The 25 Best Animated Series of the Decade

Find out where we rank ‘Rick and Morty,’ ‘Adventure Time,’ ‘Bob’s Burgers,’ and more!
Decade Animatedseries
By  · Published on December 8th, 2019

15. Rick and Morty


Who doesn’t love Rick and Morty? People who think they’re being cool by not giving it a shot, that’s who. The bizarre mental lovechild of Dan Harmon and Justin Roiland, Rick and Morty is a glorious blend of tight-as-a drum scriptwriting and chaotic ad-libbing, of extreme smartness and absolute stupidity, all bound up in a snarled jumble of acute self-awareness. Rick and Morty doesn’t care if you think you know what it is. It knows damn well what it is, and that’s an original and brilliant take on traditional sci-fi that goes so far beyond the genre it’s referencing that it’s become something of a genre unto itself. And Cartoon Network has already renewed it for an impossible number of episodes, which means we can keep riding this weird train until it explodes or we get thrown off. Rick and Morty for a thousand years! (Liz Baessler)

14. March Comes in Like a Lion

March Comes In Like A Lion

March Comes in Like a Lion focuses on Rei, a 17-year-old professional shogi player who lives by himself after the rest of his family is tragically killed in a car accident and he then has a falling out with those who later adopted him. As you can imagine, grief and depression linger over him like a cloud, but the encounters he has with random people who eventually become his friends change his perspective on life. March Comes in Like a Lion is a great depiction of depression and how it can physically and mentally cripple you from taking part in society. But unlike other shows, March Comes in Like a Lion shows how being surrounded by people who care about you can bring you out of the dark. On top of that, the series boasts beautiful animation, music, and highly detailed shogi matches that educate people unfamiliar with the game. (Carl Broughton)

13. Devilman Crybaby

Devilman Crybaby

Japan’s confused but enthusiastic fascination with Western theology is on full display in Masaaki Yuasa’s bizarrely beautiful adaptation of the popular 1970s manga Devilman. After being possessed by a demon at a rave, overly sensitive “crybaby” Akira is transformed into a “Devilman,” a demon with a human heart, and is enlisted by his childhood friend Ryo to help combat the demon invasion of earth. Devilman Crybaby features absolutely wild animation that eschews character shading, much like the work of Mamoru Hosoda, in order to allow for increased expressiveness and off-model. Forms twist and contort in a nightmarish dance that ultimately emphasizes the show’s themes of sexual repression and surrealism. But the series never becomes too experimental or artsy. It follows its young characters through the most tumultuous period in their lives, through jealousy, insecurity, and puberty. Devilman Crybaby is a masterwork of animation with the heart of a classic 1970s anime. (Hans Qu)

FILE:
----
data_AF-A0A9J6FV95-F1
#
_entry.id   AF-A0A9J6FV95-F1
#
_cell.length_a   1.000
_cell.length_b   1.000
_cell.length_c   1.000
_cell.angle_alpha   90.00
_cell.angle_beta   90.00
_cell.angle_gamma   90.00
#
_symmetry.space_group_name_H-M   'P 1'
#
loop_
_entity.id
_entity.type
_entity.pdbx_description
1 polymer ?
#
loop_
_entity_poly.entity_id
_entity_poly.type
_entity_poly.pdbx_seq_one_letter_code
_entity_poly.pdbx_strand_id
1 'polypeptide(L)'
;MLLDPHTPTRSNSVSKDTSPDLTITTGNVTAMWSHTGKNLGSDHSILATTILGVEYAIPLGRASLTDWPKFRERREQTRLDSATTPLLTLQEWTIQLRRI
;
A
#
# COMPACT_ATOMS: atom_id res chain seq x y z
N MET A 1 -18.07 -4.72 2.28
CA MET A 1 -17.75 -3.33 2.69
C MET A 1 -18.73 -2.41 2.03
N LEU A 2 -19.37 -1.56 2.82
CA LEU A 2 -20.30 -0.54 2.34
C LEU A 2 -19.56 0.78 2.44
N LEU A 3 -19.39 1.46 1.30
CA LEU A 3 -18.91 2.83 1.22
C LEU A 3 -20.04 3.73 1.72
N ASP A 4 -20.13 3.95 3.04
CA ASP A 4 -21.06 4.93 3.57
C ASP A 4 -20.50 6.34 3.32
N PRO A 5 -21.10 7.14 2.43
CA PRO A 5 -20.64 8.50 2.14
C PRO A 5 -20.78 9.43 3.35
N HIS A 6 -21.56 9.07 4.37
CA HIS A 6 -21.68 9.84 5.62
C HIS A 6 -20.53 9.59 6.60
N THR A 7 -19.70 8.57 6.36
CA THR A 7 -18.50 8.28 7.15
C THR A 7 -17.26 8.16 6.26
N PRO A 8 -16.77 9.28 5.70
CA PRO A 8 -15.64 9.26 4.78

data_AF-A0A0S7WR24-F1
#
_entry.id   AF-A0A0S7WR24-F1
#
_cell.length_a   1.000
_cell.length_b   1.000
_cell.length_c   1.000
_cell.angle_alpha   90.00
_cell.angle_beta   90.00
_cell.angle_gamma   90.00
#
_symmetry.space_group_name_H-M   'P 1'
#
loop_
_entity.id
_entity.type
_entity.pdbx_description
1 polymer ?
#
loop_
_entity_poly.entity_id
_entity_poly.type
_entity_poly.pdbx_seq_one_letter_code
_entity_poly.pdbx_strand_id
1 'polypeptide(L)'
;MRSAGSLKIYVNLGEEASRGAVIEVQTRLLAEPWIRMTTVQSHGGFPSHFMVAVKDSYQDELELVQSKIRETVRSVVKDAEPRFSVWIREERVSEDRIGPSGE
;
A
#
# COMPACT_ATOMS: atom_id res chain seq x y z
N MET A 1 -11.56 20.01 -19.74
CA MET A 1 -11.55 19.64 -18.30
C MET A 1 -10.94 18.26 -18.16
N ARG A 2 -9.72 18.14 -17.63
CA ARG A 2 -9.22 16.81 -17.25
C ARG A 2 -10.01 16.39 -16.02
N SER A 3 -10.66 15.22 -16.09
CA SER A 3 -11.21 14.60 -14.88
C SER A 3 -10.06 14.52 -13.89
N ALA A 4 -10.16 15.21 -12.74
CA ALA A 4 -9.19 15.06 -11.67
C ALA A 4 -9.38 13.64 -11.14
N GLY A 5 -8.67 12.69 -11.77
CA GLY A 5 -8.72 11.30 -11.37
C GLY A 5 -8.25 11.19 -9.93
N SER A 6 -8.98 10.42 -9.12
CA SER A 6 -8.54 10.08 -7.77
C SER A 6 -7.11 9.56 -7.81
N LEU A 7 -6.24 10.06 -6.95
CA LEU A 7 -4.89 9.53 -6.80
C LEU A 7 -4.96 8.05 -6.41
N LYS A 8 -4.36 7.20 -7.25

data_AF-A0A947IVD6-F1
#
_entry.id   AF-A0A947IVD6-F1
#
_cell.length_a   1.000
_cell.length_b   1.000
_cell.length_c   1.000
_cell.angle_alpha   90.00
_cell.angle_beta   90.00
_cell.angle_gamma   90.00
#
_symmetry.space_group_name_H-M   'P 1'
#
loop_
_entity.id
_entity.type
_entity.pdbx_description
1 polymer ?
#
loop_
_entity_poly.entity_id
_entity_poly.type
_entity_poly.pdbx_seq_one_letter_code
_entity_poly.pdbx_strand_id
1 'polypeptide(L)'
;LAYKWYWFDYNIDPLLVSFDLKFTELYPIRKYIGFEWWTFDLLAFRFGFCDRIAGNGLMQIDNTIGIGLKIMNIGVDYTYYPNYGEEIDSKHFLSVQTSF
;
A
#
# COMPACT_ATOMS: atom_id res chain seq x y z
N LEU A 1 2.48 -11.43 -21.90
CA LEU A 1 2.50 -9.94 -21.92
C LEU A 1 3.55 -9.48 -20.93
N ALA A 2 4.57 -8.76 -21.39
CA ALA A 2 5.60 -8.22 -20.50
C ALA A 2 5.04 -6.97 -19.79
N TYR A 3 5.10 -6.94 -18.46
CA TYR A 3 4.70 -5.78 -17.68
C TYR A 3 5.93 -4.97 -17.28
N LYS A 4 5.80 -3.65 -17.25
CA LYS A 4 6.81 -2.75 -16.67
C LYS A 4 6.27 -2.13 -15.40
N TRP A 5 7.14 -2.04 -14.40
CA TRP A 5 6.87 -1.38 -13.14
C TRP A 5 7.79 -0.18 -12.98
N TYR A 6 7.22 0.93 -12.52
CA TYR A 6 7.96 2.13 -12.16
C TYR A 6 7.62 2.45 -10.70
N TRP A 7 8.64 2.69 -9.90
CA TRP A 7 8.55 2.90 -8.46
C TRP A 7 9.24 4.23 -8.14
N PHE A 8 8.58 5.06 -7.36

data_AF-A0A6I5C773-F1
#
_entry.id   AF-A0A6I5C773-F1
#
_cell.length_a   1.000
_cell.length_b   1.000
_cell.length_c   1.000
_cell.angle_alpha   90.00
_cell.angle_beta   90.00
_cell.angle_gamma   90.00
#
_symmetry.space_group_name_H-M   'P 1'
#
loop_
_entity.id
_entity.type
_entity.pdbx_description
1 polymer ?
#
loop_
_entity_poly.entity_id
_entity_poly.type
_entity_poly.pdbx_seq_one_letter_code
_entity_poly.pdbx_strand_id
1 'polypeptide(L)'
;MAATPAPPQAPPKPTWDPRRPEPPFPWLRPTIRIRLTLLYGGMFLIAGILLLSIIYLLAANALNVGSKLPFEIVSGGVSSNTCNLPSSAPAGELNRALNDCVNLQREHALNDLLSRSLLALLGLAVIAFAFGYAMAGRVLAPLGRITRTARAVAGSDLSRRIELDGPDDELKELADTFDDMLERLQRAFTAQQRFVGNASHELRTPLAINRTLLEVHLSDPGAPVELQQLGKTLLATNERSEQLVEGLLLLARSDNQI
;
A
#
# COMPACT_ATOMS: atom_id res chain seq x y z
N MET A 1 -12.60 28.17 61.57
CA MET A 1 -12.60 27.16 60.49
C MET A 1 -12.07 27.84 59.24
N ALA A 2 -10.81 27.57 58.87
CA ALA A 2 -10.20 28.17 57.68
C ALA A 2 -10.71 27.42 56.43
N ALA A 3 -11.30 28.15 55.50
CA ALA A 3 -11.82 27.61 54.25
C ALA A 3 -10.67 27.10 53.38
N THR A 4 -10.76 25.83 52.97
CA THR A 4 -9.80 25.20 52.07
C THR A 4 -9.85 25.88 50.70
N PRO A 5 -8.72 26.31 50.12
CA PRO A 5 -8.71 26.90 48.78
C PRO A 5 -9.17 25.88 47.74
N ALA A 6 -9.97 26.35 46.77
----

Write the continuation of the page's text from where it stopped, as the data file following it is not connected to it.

12. Haikyuu!!


The decade’s premier sports anime has taken the scene by storm, much like its protagonist, Hinata Sho, who in classic anime form wants to be the very best at volleyball. Haikyuu!! features some of the most gorgeous body animation in years, which manages to maintain the integrity of human anatomy while achieving an incredible level of expressiveness through body language. And that’s just in the parts where the characters aren’t dominating the volleyball court. This delightful story about determination, perseverance, and teamwork is a dose of classic sports anime for anyone looking to explore the genre. (Hans Qu)

11. Gravity Falls

Gravity Falls

I love Gravity Falls. If you want to hear me blather on about it for 3,300 words, have I got the link for you. If you just don’t have time for that, or if you haven’t seen the show, I can give you the spoiler-free elevator pitch here. Created by wunderkind Alex Hirsch (who also voiced a good half of the main characters), Gravity Falls is a kids’ show that trusts its young audience, very deeply and sincerely, with mystery and adult themes while never losing sight of its identity as a cartoon for children. Peddling in very real intrigue and horror, it distracts you with cute pigs and clever writing while it lays the foundation of a fantastic and dark mystery, eventually springing the trap and surprising you that you’d ever dared not to take it seriously. It’s a gorgeously, carefully crafted show riddled with clues and hints (some in plain sight, some quite literally in code) that hides a dark and emotionally rich story just beneath its surface and dares you to figure it out. (Liz Baessler)

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Central Florida based Film Critic striving to be the best. Fighting for the ten percent.